The Virginia State Police uniform shoulder patch was designed by a member of the Department in 1949, adopted in 1950, and used continuously since that time. It is used on the sleeves of all uniform shirts, blouses, and winter jackets.
REQUEST A PATCH
For sworn law enforcement officers within the United States:
In accordance with Virginia State Police policy, patch requests from sworn law enforcement officers must be submitted on official agency letterhead (original, no copies) and mailed to:
Virginia State Police
Public Relations Office
P.O. Box 27472
Richmond, VA 23261-7472 USA
For sworn law enforcement officers outside the United States:
Due to budget constraints, Virginia State Police policy prohibits mailing shoulder patches outside of the United States. You may download a scanned image by clicking HERE.
Virginia State Police policy prohibits providing official uniform shoulder patches to anyone other than sworn law enforcement officers.
However, the Department does provide non-law enforcement/civilian individuals with a brochure that features a scanned image of the patch and additional information about the Virginia State Police.
The Virginia State Police uniform shoulder patch was designed by a member of the Department in 1949, adopted in 1950 and used continuously since that time. It is used on the sleeves of all uniform shirts, blouses, and winter jackets.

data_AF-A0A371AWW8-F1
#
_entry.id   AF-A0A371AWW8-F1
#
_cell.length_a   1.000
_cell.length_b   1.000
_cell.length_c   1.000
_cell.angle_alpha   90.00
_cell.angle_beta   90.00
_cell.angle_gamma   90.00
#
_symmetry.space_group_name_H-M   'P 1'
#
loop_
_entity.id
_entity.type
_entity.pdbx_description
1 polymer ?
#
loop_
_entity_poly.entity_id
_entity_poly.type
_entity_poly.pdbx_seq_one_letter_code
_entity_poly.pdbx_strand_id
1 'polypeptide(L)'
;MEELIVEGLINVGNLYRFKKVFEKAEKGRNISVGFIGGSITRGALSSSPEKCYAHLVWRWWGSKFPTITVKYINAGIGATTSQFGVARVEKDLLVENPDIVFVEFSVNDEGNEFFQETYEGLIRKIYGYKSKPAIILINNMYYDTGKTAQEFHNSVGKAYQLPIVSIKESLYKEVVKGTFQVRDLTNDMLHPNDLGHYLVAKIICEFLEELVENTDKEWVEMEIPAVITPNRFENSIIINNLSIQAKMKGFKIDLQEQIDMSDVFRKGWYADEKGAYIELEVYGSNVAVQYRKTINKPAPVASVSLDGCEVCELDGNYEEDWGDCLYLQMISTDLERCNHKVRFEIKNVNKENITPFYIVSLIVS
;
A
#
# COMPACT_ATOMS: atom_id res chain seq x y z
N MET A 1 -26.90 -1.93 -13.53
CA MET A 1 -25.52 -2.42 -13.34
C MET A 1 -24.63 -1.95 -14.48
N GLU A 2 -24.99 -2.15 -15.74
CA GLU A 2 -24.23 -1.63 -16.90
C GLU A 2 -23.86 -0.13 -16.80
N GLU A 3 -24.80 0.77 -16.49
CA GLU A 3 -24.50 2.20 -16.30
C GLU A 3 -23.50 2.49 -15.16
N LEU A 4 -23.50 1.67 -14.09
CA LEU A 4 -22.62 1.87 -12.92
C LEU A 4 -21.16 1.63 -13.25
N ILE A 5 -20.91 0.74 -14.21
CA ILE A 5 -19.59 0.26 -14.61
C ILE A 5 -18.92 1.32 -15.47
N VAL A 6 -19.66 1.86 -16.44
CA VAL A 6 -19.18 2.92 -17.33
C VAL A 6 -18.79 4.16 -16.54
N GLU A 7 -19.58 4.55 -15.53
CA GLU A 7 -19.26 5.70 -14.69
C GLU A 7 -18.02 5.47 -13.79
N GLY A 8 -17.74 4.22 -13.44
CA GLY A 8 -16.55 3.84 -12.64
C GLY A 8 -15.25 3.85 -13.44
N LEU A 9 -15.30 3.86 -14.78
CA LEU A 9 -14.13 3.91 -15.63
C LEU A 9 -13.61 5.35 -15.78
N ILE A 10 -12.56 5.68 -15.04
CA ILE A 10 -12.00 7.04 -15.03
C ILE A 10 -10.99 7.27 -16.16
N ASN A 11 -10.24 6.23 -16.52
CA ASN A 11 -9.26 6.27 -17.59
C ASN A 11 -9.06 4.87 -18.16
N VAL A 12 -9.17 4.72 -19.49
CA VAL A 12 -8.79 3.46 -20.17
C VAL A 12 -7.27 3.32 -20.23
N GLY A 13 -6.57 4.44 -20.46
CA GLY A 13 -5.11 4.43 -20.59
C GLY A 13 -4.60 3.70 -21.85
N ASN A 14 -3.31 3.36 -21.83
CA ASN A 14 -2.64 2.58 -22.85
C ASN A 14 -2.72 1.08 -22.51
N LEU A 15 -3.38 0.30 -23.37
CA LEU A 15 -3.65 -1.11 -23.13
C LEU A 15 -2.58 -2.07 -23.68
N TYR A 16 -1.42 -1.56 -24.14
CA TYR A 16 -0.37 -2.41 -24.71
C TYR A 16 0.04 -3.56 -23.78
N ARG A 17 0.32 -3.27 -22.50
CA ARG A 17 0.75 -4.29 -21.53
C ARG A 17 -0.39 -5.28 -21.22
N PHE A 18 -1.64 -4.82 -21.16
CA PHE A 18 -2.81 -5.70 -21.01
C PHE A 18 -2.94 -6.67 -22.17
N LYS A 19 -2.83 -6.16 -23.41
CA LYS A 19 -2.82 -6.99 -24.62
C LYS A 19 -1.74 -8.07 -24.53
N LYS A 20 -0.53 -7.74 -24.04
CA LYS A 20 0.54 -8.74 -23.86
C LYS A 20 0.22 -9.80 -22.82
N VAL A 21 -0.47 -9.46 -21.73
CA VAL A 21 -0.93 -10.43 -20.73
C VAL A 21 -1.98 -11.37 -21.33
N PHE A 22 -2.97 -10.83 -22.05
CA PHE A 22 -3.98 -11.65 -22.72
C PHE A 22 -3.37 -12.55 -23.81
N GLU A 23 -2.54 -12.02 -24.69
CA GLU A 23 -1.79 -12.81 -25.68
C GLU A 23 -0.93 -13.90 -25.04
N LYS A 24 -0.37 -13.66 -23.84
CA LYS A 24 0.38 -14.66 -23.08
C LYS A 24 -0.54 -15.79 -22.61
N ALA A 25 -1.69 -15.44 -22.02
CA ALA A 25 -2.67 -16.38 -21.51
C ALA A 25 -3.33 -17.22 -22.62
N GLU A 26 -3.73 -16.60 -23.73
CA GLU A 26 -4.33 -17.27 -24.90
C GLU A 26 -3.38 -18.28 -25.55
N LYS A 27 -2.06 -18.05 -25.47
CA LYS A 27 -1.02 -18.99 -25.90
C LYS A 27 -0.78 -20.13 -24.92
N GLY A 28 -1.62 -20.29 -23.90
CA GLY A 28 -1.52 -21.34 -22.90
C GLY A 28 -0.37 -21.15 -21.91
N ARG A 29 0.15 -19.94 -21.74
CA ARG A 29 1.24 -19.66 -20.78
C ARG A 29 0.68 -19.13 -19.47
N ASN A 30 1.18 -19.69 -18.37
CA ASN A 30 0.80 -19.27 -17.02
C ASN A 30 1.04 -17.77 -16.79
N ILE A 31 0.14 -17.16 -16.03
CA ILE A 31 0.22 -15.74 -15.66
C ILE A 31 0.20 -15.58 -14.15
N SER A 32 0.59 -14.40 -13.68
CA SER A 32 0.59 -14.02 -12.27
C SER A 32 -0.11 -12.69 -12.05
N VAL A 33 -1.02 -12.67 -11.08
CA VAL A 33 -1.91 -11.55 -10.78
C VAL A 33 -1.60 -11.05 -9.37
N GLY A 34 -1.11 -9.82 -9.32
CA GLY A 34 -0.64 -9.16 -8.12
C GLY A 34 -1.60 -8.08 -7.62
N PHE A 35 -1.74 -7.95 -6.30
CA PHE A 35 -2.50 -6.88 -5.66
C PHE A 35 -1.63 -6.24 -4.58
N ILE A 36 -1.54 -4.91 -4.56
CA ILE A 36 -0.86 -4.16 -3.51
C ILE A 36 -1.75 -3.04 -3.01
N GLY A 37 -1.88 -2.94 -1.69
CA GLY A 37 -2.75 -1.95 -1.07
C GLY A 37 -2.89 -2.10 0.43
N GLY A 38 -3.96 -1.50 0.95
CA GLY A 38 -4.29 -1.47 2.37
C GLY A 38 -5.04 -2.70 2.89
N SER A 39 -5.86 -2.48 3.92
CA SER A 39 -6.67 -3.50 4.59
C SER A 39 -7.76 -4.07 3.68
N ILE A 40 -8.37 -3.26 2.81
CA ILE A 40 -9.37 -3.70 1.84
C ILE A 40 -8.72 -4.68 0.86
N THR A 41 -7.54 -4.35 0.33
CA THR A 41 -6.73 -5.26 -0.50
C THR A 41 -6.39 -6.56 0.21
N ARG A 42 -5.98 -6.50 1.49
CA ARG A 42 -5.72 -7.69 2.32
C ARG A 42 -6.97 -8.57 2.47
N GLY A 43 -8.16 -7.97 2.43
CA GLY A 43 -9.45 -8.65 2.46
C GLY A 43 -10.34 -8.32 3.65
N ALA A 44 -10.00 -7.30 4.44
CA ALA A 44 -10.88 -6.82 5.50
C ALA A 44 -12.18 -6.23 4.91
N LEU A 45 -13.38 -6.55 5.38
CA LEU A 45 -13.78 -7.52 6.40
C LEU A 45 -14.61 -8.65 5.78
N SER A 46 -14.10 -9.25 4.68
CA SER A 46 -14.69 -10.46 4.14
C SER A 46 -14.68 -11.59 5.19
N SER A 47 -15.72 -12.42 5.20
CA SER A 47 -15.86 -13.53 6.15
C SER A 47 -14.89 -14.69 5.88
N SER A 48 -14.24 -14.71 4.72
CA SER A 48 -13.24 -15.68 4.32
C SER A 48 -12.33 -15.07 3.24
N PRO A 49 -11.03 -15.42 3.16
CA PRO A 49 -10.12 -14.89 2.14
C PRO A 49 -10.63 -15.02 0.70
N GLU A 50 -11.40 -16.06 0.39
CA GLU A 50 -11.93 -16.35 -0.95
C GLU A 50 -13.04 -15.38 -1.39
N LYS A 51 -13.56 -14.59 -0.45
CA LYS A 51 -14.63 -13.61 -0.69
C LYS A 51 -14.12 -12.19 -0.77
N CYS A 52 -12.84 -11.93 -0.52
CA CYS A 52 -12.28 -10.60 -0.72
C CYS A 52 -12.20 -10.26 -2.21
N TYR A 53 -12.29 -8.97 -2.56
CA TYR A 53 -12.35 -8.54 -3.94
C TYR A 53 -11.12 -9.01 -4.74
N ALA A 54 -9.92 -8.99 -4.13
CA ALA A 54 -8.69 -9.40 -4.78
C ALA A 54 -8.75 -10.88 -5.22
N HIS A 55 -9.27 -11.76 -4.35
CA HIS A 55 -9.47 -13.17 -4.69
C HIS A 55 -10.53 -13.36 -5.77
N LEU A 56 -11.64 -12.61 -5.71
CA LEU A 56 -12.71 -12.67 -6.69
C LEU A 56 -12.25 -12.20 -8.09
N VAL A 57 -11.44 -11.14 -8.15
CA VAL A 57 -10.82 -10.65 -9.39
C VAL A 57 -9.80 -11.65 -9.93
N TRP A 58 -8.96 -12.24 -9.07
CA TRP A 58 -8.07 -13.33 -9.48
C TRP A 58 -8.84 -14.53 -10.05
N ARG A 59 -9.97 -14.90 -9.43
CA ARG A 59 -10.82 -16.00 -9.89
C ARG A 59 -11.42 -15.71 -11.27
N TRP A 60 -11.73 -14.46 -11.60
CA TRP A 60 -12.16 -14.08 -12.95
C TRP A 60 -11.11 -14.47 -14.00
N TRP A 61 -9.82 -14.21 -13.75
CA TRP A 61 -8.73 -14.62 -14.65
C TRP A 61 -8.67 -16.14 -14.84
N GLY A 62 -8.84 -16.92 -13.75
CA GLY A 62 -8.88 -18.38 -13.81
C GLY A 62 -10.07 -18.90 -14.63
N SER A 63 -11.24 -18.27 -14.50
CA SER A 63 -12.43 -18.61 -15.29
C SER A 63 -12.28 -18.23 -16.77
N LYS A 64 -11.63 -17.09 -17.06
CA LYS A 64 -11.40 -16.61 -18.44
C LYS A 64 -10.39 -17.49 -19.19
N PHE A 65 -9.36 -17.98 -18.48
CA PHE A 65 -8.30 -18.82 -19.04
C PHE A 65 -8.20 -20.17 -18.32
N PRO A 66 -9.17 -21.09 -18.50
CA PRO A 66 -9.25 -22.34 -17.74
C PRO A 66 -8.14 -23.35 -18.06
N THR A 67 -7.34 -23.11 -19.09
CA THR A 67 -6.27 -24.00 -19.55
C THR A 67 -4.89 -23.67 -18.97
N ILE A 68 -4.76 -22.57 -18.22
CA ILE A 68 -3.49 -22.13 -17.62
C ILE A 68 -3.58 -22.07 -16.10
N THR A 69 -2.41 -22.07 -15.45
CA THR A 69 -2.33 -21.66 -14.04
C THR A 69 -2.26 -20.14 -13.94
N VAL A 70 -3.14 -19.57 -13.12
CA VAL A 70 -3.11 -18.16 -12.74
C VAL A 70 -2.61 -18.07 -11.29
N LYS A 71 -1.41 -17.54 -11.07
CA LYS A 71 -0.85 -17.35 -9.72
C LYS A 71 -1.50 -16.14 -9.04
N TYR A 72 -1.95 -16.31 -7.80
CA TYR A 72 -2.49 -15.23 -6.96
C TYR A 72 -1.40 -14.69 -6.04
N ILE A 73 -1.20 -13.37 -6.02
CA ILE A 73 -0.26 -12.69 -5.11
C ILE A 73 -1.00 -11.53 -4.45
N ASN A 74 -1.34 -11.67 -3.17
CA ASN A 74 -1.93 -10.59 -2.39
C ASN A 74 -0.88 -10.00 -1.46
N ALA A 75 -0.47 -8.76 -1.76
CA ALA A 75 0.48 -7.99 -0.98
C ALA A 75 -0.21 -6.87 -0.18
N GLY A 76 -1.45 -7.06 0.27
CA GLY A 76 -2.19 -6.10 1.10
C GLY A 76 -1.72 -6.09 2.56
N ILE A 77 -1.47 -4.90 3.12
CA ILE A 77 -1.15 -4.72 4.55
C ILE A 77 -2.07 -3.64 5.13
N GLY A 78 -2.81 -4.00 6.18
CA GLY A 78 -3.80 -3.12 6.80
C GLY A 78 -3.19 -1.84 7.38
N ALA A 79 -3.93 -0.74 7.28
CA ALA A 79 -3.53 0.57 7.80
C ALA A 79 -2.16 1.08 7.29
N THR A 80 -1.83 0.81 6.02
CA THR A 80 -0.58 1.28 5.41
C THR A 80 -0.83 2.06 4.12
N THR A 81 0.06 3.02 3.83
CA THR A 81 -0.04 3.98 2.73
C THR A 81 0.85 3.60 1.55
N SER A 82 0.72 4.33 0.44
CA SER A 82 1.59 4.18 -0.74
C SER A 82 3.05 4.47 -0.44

The patch design consists of the obverse of the Great Seal of Virginia. The Latin Words, Sic Semper Tyrannis, mean ‘Thus Ever to Tyrants’ and have been the motto of Virginia since 1776, twelve years prior to the Commonwealth’s ratification as the tenth State in 1788. This seal is also included in the design of the State flag, adopted in 1930.
The central figure of the Great Seal depicts the Roman goddess Virtus dressed as an Amazon. The Amazons were a mythical race of warrior women who fought against men and who inhabited Southern Europe. She personifies enduring patience in trials, constancy under stress, resolution, unfailing exertion, and dedication to the Commonwealth of Virginia. By attitude, Virtus is at peace and intends to stay at peace. Although warfare may be over, she is prepared to stamp out any tyrant or form of tyranny.
The spear is held point down to indicate she is temporarily through with using it. Her helmet is pushed back to clear the face. In her left hand is a sheathed parazonium, a short Greek sword which is considered more a badge of honor than a weapon.
With head proudly erect and face upright, Virtus rests her left foot on the prostrate male figure who personifies tyranny. The crown which has fallen from his head originally symbolized freedom from Britain and the oppression of the Crown, the sundered chains freedom from Britain’s restrictions, and the scourge under the figure’s left hand freedom from Britain’s punitive measures such as the Intolerable Acts which were instrumental in provoking the Revolution.
Thus, Virginia personified stands as the victor over oppression, dedicated to service with firm patience and ever willing to fight tyranny should it become necessary.